Thanks for supporting Trevor and Barry
Thousands of you sent messages of support for Trevor and Barry - two journalists from Northern Ireland who were arrested after exposing police collusion in the Loughinisland massacre.
In May a court ordered that a police raid on their offices should not have happened, and shortly afterwards the Police Service of Northern Ireland dropped the investigation.
This is a great victory for press freedom in the UK. Trevor and Barry were only doing their jobs as journalists and the investigation should never have happened.
Your support helped us raise awareness for their case and ensure that justice was done. We simply couldn't repay you.
In 1994 a pub in Loughinisland, Northern Ireland was showing a World Cup match between the Republic of Ireland and Italy.
Suddenly, two paramilitaries walked in, spraying the crowd with bullets from an automatic weapon. Six innocent people lost their lives.
It was later discovered that the police colluded in covering up this awful crime by destroying evidence and failing to carry out a proper investigation. To this day, no one has been brought to justice.
No stone unturned
In June 2016 a Police Ombudsman report confirmed police collusion in the Loughinisland murders. At this time Trevor and Barry were working on a film called ‘No Stone Unturned’, directed by Oscar-winning filmmaker Alex Gibney. It would tell the full story behind the attack and police collusion with the paramilitaries involved.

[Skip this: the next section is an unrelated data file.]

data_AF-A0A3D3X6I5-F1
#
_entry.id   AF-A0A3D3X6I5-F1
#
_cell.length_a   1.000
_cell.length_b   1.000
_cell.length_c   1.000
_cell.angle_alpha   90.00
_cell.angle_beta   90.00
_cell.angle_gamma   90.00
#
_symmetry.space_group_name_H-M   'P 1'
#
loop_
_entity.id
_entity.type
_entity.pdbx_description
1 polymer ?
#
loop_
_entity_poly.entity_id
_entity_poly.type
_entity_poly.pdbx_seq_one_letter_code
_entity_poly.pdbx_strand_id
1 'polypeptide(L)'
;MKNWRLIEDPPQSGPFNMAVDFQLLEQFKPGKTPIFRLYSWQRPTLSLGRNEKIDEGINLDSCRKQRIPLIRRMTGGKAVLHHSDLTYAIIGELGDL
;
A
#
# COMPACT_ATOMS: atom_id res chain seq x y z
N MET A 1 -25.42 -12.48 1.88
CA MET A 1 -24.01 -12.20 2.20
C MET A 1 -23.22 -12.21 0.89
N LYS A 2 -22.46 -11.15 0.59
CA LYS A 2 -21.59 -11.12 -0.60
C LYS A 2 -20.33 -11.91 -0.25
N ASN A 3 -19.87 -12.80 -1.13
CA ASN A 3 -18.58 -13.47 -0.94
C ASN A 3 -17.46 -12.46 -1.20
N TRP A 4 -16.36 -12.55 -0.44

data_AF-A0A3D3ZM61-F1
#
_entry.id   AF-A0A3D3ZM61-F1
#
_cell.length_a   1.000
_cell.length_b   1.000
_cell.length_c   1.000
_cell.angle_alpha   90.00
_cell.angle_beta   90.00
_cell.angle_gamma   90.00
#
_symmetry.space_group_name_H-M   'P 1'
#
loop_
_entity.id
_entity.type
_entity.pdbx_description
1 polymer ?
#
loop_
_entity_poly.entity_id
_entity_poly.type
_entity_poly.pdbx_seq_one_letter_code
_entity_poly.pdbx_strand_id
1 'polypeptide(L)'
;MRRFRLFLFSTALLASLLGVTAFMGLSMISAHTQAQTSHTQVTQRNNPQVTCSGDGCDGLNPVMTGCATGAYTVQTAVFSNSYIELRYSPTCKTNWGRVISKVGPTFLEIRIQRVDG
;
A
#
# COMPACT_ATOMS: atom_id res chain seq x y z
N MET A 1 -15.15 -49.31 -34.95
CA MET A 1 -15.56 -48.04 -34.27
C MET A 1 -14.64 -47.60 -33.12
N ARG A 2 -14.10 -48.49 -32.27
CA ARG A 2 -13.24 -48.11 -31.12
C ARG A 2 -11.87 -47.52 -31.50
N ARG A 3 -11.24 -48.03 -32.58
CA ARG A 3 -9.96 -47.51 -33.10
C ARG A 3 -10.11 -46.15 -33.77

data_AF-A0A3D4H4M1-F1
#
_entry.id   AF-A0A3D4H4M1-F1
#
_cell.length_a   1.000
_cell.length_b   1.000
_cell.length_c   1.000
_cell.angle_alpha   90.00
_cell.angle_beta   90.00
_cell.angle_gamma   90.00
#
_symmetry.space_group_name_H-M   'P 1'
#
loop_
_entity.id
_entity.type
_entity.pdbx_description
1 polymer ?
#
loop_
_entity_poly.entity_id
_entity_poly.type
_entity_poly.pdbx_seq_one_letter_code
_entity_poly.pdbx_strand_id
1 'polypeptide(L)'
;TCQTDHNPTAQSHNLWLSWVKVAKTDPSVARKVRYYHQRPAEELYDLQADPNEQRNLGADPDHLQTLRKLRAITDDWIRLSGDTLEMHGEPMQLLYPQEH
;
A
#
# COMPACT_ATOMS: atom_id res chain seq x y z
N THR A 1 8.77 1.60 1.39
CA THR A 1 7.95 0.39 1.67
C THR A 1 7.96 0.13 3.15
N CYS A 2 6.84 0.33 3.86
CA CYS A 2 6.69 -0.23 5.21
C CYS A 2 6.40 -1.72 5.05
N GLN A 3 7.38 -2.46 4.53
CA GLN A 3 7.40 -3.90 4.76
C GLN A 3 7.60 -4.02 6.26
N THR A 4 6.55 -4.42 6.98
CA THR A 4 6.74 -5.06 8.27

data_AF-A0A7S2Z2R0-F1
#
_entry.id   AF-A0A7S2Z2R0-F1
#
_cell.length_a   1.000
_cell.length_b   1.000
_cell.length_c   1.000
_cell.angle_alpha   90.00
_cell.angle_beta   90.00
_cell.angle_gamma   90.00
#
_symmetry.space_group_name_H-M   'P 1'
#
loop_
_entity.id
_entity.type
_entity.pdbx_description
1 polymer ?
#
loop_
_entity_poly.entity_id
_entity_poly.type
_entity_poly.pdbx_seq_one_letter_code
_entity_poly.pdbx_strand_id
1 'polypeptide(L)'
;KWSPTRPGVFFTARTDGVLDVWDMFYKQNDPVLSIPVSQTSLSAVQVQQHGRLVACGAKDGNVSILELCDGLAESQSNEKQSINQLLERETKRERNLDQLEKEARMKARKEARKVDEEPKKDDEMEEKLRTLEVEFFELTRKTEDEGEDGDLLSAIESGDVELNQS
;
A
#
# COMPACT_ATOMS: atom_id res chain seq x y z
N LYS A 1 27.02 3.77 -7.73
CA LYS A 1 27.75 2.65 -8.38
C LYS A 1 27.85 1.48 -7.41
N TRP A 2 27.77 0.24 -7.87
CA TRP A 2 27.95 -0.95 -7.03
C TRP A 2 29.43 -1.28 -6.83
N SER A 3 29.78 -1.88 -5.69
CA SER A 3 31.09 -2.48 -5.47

Exposing the shocking extent of state collusion, the film caused a huge reaction when it premiered at the New York Film Festival in October 2017.
Arrest and questioning
In August 2018, an estimated 100 police officers from the Police Service of Northern Ireland (PSNI) and Durham Constabulary raided the two journalists’ homes and offices. They seized documents, phones and computers. They arrested the men, apparently in connection with breaching the Official Secrets Act, in relation to documents which had been leaked to them.
In May 2019 a court ordered that the police seizure should not have happened. But Trevor and Barry remain under arrest.
We are concerned that the arrest of these journalists, in connection with their work investigating grave human rights abuses within the UK, undermines freedom of expression and freedom of the press.
Criminal laws are being increasingly misused around the world to restrict the vital work of journalists. It is extremely worrying that we are now potentially seeing this happen here at home.